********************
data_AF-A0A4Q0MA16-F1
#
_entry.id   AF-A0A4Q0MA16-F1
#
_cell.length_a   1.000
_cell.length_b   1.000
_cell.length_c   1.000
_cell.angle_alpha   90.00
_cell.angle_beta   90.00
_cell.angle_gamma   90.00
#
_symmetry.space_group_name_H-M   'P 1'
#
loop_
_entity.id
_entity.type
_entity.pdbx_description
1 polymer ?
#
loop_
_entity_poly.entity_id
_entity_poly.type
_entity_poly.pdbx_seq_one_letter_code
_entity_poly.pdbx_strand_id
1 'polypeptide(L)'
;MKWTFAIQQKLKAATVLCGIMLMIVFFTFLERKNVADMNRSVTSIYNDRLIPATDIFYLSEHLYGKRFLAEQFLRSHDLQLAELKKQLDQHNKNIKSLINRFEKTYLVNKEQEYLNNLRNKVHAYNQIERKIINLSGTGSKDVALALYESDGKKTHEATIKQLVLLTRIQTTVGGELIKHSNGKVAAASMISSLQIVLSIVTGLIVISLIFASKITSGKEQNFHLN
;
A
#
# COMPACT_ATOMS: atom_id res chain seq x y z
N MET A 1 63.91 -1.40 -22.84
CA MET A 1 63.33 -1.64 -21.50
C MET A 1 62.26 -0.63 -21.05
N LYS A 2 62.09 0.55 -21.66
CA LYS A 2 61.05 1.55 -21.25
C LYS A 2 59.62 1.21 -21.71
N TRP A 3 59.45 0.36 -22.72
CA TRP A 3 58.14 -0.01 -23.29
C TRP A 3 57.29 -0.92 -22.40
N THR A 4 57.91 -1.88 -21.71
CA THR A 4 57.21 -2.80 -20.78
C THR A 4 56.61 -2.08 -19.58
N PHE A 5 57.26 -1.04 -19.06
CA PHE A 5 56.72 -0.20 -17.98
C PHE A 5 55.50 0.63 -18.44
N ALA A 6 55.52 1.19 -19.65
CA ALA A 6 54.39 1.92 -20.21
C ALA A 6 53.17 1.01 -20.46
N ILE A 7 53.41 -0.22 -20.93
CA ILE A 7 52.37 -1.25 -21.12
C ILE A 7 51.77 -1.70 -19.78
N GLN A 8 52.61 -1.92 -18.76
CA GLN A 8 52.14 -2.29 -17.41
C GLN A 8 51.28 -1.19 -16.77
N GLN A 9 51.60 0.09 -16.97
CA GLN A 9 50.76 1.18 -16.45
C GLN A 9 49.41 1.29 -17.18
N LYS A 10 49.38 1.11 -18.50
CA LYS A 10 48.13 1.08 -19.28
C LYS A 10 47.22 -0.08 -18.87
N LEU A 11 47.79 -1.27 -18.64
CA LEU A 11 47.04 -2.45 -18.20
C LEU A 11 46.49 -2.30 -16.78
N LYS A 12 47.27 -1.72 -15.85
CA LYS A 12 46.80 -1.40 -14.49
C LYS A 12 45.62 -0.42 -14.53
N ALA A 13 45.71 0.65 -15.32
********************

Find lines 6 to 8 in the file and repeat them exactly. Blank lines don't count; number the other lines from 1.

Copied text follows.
_cell.length_b   1.000
_cell.length_c   1.000
_cell.angle_alpha   90.00